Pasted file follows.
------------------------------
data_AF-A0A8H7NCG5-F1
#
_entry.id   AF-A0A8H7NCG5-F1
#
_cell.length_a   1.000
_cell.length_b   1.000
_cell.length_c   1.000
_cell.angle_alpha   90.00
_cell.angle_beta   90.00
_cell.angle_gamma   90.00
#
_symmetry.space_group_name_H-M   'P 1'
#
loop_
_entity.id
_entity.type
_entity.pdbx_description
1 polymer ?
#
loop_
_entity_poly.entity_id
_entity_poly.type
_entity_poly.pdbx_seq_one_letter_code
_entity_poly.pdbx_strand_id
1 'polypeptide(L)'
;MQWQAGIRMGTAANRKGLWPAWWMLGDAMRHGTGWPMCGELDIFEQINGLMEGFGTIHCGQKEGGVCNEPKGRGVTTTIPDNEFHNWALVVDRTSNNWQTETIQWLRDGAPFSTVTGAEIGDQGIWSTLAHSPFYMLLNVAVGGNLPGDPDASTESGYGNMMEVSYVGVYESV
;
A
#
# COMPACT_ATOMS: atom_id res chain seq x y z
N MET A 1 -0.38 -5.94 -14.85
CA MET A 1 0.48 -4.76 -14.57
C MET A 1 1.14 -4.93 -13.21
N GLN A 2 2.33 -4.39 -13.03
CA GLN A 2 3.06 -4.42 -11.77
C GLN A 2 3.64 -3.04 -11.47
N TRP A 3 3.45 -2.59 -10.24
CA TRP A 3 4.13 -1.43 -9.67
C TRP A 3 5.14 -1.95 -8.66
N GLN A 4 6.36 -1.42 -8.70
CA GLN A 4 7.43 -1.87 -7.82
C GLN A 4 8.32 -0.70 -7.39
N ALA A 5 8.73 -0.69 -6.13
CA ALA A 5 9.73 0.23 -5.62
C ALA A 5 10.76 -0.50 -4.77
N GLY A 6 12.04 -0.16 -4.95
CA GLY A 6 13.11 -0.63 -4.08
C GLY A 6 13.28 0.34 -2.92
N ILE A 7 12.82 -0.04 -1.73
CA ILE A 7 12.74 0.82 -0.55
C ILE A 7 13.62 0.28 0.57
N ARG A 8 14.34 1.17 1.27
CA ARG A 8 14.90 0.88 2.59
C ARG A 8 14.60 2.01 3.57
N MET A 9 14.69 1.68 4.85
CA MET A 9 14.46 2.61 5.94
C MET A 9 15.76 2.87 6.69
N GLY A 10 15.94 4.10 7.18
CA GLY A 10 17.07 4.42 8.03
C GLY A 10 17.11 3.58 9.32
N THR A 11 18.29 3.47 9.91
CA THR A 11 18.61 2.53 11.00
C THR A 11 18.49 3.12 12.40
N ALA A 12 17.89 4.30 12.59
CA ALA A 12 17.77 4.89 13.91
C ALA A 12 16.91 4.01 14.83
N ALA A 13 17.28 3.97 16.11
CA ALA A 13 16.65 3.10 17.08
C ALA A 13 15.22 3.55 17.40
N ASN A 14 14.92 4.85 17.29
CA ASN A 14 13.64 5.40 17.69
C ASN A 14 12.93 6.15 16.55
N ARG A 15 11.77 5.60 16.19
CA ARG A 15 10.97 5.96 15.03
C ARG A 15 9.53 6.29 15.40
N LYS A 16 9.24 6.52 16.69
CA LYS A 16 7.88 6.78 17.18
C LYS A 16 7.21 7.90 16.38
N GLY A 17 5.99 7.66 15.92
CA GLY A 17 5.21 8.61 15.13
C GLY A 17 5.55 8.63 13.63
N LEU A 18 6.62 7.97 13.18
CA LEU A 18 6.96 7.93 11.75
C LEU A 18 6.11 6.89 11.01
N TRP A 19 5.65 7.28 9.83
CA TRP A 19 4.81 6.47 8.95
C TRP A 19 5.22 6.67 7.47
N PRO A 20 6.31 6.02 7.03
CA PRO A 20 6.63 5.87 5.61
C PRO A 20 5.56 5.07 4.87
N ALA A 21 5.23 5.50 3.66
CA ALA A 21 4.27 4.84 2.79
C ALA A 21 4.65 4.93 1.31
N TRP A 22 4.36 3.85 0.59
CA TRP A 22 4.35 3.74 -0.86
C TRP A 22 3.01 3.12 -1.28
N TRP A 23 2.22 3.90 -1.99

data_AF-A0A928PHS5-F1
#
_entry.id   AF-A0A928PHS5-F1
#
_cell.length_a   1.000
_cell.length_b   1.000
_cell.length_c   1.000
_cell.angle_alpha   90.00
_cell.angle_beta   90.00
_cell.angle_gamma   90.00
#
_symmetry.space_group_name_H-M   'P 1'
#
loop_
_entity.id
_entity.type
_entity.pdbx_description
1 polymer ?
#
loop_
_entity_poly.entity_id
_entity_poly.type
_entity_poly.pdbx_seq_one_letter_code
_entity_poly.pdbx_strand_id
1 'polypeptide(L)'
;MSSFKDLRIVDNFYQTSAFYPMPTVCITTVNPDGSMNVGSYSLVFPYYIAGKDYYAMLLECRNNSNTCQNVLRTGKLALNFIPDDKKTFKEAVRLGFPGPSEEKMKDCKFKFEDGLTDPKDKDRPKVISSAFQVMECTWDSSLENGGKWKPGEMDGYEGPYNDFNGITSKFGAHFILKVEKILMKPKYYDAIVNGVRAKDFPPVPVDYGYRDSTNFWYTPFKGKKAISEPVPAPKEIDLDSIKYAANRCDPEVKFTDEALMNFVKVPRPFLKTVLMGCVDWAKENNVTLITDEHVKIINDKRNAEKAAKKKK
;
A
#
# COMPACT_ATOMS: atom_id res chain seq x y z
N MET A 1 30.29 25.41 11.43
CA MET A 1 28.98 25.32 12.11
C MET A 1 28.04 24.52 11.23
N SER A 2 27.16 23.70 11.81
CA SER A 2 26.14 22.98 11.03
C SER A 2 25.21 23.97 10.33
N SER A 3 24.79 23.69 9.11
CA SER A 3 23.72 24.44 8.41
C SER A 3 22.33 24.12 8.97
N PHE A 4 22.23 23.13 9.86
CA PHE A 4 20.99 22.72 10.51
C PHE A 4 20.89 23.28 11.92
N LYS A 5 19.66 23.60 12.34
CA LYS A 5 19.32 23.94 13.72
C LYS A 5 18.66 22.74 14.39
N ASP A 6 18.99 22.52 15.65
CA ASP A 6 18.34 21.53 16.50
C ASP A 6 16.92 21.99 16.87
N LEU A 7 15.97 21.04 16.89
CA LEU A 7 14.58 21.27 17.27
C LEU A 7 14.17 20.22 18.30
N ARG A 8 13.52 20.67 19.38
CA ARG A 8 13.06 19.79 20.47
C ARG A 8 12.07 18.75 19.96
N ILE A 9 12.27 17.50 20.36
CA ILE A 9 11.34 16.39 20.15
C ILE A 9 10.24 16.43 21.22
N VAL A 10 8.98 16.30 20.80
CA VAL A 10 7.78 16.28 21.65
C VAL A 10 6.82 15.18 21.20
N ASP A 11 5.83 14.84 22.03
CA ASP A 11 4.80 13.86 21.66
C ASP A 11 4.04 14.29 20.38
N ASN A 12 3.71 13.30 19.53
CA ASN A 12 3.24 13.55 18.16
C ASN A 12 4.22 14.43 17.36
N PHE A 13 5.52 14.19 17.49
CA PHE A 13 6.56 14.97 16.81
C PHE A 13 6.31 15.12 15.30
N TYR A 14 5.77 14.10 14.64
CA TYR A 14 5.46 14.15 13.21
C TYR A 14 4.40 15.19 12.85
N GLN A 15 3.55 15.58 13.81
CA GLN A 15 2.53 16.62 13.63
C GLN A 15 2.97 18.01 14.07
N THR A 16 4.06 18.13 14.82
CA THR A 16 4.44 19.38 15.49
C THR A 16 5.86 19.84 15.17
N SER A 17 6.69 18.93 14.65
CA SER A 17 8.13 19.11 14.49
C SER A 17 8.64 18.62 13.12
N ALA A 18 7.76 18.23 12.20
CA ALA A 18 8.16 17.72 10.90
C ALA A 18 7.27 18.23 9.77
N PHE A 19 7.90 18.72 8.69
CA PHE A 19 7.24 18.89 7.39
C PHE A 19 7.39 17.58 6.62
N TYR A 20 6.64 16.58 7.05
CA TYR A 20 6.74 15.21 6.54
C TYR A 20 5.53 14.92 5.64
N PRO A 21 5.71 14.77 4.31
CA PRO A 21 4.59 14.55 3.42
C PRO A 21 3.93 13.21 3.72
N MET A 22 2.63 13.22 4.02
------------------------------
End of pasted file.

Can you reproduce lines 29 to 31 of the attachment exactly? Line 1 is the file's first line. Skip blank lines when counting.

#
# COMPACT_ATOMS: atom_id res chain seq x y z
N MET A 1 -0.38 -5.94 -14.85